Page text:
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Adaptation to the most abundant host genotype in an agricultural plant-pathogen system - potato late blight

Abstract : This study investigated local adaptation of Phytophthora infestans populations, the causal agent of potato late blight, to two susceptible potato cultivars, each grown for a number of years and over large areas in separate French regions. We measured aggressiveness (quantitative pathogenicity) of each pathogen population to sympatric and allopatric hosts in a reciprocal cross-inoculation experiment. There was no evidence for specific host adaptation in this pathosystem. At both local and regional scales, the distribution of aggressiveness fits a pattern of adaptation to the most common host genotype. Our observations support the theoretical predictions that large pathogen dispersal rates and genetic drift, revealed by the comparisons of the genotypic structures of the populations tested, can lead to a local adaptation pattern detectable only at a large spatial scale. The unravelling of adaptive patterns at different spatial scales can be used for a more efficient management of the disease.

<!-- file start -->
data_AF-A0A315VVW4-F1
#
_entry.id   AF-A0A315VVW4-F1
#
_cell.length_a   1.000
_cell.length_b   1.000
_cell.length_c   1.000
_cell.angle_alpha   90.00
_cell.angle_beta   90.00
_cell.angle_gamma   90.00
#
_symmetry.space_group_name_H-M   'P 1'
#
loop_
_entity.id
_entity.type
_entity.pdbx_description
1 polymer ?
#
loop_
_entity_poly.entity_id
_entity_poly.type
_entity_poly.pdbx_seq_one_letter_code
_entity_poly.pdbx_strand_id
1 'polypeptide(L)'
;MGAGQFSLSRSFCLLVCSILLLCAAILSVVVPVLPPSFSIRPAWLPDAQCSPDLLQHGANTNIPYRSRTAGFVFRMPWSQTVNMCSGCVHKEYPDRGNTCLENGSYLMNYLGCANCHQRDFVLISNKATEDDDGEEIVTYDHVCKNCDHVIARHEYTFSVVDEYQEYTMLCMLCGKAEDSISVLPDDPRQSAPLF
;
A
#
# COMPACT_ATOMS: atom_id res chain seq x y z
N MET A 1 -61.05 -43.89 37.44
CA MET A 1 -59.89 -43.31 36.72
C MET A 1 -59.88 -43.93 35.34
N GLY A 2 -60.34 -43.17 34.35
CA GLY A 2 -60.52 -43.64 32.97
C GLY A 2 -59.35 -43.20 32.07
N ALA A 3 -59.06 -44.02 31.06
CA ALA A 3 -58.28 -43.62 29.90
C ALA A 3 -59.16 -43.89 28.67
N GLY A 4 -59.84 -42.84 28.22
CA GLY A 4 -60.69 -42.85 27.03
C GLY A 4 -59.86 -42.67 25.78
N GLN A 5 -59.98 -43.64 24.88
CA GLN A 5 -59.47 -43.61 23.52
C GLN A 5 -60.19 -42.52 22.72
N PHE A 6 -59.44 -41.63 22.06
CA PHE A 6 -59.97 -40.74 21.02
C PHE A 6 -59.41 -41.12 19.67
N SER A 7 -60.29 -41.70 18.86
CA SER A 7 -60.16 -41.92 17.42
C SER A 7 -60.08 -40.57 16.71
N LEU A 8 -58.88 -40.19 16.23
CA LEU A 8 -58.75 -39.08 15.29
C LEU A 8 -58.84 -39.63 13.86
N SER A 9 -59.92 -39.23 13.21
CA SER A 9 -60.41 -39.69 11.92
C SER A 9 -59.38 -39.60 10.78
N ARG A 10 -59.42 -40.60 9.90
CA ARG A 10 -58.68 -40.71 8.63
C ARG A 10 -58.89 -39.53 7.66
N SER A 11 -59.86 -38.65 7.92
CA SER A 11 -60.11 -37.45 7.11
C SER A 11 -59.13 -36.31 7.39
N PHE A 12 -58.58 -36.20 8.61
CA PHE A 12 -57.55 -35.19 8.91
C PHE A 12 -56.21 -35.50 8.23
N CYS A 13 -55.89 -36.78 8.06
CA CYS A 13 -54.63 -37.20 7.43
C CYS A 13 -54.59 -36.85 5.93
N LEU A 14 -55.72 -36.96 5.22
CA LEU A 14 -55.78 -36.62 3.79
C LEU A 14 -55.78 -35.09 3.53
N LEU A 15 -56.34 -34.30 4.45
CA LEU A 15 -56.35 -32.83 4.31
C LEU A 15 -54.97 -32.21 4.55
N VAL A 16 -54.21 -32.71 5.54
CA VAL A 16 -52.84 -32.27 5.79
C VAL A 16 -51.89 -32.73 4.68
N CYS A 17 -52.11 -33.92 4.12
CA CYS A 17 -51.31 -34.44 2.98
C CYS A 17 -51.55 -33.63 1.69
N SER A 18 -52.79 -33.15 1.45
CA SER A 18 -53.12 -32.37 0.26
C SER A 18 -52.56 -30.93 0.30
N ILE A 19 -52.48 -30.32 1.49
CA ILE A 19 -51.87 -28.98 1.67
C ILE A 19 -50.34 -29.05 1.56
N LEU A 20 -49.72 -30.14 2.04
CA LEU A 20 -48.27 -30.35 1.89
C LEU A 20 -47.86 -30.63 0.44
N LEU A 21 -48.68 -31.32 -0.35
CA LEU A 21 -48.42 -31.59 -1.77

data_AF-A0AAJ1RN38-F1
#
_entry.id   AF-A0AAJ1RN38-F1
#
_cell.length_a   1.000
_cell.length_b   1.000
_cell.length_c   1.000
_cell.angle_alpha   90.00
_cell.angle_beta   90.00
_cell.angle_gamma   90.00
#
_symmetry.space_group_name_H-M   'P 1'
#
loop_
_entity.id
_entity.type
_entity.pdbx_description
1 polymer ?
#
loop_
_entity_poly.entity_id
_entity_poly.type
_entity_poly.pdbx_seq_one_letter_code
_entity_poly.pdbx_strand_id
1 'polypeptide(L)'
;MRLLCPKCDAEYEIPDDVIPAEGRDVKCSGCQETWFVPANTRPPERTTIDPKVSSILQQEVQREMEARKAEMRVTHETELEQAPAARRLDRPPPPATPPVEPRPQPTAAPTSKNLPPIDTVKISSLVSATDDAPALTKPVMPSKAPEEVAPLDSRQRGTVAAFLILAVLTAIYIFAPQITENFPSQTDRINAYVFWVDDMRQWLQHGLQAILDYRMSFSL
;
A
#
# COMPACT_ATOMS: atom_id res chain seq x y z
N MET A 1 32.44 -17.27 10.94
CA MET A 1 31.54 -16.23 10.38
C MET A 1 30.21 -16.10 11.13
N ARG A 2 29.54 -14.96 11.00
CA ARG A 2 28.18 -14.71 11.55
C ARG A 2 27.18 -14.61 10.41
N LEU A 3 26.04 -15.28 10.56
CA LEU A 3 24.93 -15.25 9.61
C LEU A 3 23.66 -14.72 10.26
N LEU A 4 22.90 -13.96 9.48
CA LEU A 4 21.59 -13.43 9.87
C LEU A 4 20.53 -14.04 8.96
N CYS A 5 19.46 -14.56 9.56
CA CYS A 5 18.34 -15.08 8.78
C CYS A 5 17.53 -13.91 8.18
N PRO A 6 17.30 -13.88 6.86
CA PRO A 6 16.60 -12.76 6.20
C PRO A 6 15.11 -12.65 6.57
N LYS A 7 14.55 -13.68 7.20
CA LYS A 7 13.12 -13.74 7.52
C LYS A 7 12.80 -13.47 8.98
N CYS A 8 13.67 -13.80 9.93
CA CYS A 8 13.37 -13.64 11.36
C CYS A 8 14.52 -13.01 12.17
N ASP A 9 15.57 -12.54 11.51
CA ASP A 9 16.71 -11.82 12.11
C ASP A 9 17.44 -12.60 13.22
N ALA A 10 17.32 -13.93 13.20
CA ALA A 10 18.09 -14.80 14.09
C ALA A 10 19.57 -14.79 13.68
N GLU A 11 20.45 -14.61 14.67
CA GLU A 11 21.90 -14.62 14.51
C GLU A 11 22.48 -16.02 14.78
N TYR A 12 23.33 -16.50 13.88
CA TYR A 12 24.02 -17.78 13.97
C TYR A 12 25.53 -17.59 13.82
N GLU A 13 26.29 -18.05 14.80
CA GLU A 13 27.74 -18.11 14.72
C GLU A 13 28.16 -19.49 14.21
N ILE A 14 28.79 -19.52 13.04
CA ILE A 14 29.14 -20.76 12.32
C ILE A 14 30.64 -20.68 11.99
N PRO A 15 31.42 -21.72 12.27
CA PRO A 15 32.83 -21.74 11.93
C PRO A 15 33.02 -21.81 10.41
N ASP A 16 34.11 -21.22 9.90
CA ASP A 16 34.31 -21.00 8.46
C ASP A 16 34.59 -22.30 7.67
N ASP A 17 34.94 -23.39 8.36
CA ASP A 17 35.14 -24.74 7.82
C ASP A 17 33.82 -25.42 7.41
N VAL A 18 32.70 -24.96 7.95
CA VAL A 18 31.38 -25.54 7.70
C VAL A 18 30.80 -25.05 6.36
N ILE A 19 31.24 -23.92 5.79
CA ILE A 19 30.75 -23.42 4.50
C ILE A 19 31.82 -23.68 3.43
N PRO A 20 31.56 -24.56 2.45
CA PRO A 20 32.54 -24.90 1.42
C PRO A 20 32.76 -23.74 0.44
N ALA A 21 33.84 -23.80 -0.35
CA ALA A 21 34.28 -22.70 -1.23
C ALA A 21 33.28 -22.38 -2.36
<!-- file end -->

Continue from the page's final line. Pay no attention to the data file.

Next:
Mots-clés : RELATION HOTE-PARASITE
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https://hal.inrae.fr/hal-02655462
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Submitted on : Friday, May 29, 2020 - 10:25:56 PM
Last modification on : Tuesday, September 7, 2021 - 3:36:55 PM

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Josselin Montarry, Isabelle Glais, Roselyne Corbiere, Didier Andrivon. Adaptation to the most abundant host genotype in an agricultural plant-pathogen system - potato late blight. Journal of Evolutionary Biology, Wiley, 2008, 21 (5), pp.1397-1407. ⟨10.1111/j.1420-9101.2008.01557.x⟩. ⟨hal-02655462⟩

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